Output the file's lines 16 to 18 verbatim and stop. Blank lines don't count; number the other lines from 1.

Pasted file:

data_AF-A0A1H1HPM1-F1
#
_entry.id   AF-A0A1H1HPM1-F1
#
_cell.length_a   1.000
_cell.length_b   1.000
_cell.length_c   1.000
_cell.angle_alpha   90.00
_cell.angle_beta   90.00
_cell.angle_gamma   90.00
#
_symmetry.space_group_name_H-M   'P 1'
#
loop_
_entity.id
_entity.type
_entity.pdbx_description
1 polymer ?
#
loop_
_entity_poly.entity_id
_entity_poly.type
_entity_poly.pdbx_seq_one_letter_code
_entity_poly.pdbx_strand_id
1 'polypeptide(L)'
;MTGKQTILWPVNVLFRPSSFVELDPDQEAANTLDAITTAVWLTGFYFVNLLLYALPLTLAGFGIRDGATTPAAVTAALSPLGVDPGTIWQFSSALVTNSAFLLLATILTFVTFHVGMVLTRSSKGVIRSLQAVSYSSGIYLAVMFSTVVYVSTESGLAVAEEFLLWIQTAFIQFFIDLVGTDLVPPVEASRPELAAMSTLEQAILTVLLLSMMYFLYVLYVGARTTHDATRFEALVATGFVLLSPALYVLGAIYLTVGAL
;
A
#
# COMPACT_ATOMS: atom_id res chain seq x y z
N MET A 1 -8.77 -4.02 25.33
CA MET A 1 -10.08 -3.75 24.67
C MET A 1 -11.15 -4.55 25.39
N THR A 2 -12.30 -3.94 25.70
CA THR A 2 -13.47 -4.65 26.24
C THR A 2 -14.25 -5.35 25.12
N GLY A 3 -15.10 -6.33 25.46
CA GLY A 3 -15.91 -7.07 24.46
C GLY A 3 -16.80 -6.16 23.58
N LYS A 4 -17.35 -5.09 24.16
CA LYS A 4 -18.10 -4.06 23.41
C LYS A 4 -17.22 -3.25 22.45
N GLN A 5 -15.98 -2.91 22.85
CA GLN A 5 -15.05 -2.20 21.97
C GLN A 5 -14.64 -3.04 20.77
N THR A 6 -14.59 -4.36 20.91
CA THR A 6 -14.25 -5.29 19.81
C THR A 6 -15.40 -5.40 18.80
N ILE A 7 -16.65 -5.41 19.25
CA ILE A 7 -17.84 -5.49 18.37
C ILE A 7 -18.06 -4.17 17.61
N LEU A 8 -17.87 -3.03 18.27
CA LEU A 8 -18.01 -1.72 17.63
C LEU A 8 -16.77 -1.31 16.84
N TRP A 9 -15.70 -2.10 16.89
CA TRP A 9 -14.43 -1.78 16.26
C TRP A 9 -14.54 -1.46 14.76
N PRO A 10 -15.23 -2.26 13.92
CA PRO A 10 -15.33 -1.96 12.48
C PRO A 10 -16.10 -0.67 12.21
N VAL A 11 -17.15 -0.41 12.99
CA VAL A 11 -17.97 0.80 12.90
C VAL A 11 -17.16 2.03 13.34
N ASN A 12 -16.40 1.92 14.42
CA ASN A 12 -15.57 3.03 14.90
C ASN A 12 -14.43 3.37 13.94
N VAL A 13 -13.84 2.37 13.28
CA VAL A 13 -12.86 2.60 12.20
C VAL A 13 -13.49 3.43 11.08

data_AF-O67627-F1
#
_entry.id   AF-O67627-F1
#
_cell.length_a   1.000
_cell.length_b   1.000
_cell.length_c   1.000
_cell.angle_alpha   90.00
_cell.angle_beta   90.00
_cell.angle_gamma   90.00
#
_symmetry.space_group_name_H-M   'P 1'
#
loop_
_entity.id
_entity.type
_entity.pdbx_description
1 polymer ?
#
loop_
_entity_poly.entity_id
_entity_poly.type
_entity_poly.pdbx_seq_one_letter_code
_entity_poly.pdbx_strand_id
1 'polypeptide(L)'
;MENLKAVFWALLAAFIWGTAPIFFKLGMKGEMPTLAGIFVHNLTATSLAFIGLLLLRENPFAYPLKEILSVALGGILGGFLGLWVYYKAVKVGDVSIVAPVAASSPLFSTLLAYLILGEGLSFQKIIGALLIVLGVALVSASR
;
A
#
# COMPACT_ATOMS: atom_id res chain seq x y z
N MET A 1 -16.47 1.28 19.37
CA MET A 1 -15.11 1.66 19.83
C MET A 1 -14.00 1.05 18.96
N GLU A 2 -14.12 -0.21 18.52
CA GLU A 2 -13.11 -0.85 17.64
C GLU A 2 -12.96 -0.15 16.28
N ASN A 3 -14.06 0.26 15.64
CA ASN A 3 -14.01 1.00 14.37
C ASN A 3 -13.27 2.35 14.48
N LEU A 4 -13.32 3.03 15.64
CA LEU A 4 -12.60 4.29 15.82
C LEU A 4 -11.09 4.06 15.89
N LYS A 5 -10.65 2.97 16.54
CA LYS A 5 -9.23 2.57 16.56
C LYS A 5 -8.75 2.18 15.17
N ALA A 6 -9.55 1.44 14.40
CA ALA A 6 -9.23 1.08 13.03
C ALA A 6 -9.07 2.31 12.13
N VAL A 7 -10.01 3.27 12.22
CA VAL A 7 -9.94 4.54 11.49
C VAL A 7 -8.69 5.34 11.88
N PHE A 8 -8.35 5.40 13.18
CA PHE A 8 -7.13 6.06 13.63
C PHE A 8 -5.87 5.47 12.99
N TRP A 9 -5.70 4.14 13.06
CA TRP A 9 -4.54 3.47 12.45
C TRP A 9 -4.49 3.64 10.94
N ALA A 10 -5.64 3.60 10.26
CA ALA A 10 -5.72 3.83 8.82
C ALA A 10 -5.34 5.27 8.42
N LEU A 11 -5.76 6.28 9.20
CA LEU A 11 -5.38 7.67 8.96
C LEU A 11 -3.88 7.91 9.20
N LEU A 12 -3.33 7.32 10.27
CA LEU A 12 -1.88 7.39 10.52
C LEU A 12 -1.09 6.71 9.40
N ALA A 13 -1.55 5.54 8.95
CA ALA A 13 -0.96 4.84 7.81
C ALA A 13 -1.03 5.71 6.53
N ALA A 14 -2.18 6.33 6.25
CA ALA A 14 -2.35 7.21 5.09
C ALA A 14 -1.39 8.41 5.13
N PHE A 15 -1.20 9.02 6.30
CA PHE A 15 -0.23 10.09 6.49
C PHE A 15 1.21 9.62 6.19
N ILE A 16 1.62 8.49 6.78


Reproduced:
_entity.type
_entity.pdbx_description
1 polymer ?